Idle's Shell: prompts and indents (was ...) Idle users please read
rosuav at gmail.com
Mon Jul 21 02:55:02 CEST 2014
On Mon, Jul 21, 2014 at 7:52 AM, Terry Reedy <tjreedy at udel.edu> wrote:
> On 7/19/2014 9:31 PM, Rick Johnson wrote:
> The problem originates in differences between the console - interactive
> python interaction and Idle Shell - execution server interaction.
> Interactive python prints prompts to and reads lines from the console. Once
> the user submits a line by hitting return, it cannot be edited. (This is
> true on Widows. Could any linux and mac user confirm for their systems?)
If you mean that individual lines are separately edited, then yes,
that's the same on Linux.
> The Idle Shell is much more active than at least the Windows console, and it
> is statement rather than line oriented. This is the important point. The
> Shell '>>> ' prompt is prompting for a complete statement, not a single
> line. This difference of meaning should be documented if it is not now.
This is, in fact, Idle's greatest feature IMO. The ability to recall,
edit, and resubmit an entire function/class definition as a single
> The advantage of a single tab is that it is easy to turn it into 4 spaces
> either in a custom copy or after pasting.
If you're weighing up those two options specifically, I would tip the
balance toward a custom copy. If you paste into some other
application, it would be more consistent to work with four spaces for
every indentation level, rather than having every line begin with a
tab and then some spaces.
> This idea, and your response, ignores the fact that Shell is *statement*
> oriented. Inserting a secondary prompts inside statement text would mean
> that they would have to first be protected from user editing and then
> deleted by Idle before the statement is sent to the Executive.
The secondary prompts are actually quite annoying in copy/paste.
Anything that suppresses them is a distinct advantage IMO.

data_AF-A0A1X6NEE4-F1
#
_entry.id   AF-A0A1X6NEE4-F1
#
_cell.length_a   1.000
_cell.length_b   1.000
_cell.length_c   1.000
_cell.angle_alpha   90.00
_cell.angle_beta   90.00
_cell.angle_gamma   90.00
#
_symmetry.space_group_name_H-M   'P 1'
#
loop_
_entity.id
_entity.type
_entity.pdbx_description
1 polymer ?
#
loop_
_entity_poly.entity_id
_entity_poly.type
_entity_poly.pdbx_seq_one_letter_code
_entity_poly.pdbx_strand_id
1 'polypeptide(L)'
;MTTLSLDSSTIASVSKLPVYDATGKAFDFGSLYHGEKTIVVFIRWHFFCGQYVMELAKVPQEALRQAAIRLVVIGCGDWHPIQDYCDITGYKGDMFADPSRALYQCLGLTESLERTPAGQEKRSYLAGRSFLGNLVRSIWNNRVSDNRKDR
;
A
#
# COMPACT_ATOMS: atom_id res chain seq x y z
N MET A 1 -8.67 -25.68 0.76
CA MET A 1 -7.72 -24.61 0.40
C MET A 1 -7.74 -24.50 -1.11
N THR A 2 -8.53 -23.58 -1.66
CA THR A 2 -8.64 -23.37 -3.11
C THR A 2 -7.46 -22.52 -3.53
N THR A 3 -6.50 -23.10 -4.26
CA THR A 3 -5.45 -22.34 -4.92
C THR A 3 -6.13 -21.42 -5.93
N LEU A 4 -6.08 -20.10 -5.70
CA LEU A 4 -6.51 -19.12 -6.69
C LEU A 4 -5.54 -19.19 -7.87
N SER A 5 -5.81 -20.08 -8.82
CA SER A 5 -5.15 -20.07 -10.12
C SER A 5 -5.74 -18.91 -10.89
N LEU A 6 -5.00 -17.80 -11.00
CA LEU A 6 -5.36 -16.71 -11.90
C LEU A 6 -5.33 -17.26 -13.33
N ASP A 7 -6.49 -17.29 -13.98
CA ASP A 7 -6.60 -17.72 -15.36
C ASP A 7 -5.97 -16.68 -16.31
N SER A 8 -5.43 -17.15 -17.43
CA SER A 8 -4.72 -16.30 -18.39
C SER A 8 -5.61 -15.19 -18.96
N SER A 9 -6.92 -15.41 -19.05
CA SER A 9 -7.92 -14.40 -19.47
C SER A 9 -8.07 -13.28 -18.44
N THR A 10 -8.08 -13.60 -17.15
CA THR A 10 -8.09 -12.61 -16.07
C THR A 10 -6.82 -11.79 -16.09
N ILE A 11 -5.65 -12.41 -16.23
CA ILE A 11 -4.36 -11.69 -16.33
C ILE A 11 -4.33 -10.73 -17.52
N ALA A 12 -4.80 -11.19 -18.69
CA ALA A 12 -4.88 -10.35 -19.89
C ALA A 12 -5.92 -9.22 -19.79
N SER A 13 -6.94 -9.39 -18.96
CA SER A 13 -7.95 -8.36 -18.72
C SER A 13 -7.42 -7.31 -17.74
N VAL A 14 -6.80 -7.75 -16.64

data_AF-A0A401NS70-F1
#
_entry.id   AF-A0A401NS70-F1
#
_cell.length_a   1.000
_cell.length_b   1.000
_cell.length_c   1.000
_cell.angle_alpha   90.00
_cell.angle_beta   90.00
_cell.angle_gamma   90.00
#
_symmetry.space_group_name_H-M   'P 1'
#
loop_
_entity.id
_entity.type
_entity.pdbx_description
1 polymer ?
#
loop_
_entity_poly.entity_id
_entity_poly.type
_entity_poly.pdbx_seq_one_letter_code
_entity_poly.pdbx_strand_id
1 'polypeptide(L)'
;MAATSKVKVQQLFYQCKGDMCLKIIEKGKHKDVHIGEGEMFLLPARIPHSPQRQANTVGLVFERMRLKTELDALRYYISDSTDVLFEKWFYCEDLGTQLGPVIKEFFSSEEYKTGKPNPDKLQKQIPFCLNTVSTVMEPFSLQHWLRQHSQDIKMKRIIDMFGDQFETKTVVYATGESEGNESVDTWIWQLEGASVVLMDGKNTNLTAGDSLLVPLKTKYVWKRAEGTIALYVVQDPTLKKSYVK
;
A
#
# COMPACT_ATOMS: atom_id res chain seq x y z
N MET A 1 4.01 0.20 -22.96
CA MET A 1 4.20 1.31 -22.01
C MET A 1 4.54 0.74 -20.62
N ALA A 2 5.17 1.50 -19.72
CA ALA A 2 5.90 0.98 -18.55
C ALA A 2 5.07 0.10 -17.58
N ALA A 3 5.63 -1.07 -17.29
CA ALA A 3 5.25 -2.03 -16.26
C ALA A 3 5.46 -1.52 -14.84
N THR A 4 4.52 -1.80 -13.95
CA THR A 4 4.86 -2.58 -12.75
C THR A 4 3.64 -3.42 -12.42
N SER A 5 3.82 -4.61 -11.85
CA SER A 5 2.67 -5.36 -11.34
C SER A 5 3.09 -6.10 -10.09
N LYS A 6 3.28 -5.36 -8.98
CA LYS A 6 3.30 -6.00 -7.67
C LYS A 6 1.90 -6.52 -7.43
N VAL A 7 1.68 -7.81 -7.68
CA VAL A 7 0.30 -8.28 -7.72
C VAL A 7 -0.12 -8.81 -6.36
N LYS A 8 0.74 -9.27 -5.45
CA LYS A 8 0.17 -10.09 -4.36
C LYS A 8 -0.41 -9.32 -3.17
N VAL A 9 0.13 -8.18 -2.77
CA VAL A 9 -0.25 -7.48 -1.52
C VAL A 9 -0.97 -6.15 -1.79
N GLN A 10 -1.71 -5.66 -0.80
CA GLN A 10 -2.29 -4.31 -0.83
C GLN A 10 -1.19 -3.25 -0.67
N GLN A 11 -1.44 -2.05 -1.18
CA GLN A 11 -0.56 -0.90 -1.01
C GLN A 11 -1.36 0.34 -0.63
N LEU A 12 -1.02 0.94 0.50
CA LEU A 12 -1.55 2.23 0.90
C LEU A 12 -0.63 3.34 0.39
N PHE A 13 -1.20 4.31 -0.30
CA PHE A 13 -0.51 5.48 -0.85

> As I said on the tracker, I think that output that is no longer dedented
> with respect to input will then need some more to distinguish it. For my
> copy of Idle, I have added blue and red background tint to standard and
> error output and I think that works well.
I'd have to have a look and see how that feels before I can judge
properly, but the notion of output not being indented by a prompt is
one that's found on... well, pretty much everything. Most command-line
interfaces work that way. Good MUD clients work hard to make sure that
the user's input is correctly indented by the prompt, even if the two
are quite separate in chronology; if you use input("........") and
print(), you'll end up with the same kind of interface. Explaining the
difference in color will be different, so it'll have to work extra
well to make up for that. Also, you can copy and paste into an email,
which will lose color. Count me dubious but reserving judgment.
>> RESPONSE_2: You fool! That would require *ACTUAL* skills
>> that we *DON'T* have. Only rr knows how to "lock" the
>> scrolling events of two Tkinter widgets,
> Saimadhav has locked together a thin canvas with the text for line numbers.
> It works in all my texts. I am just waiting for him to try it with a thin
> text instead.
> If you know some secret you think he missed. please describe it here.
Huh, is combined scrolling really such an amazing thing? Only one
person in the whole world knows how to do it? So.... like this:
Considering that some GUI toolkits have that functionality as a core
feature (GTK scrolling is a bit more complex to support this exact
concept), I would be very much surprised if exactly one person knows
how to do it in Tk.
> Idea 4 (which I already suggested on the tracker). Put statement input
> prompts and output separators on lines by themselves. As with 3. above, use
> standard 4 space indents, as with
> def f(x):
> if x:
> print('got it')
> return 'something'
> got it
> Idle users other than Rick, any comments on the possible improvements?
I can't comment on how it interacts with the editor half of Idle, but
for the shell as a stand-alone app, and for copying and pasting into
other programs, this last idea is rather interesting. I'm broadly
happy with the current system (>>> def f(x):), and the prompt is a
little weird (">>>:"? but maybe "Python:" would be less weird; I don't
advise "Idle:" as it implies that something is idle that might be
busy), but this would make copy/paste that bit easier. It would tend
to de-emphasize the difference between input and output, though, which
may or may not be an issue. But definitely interesting.
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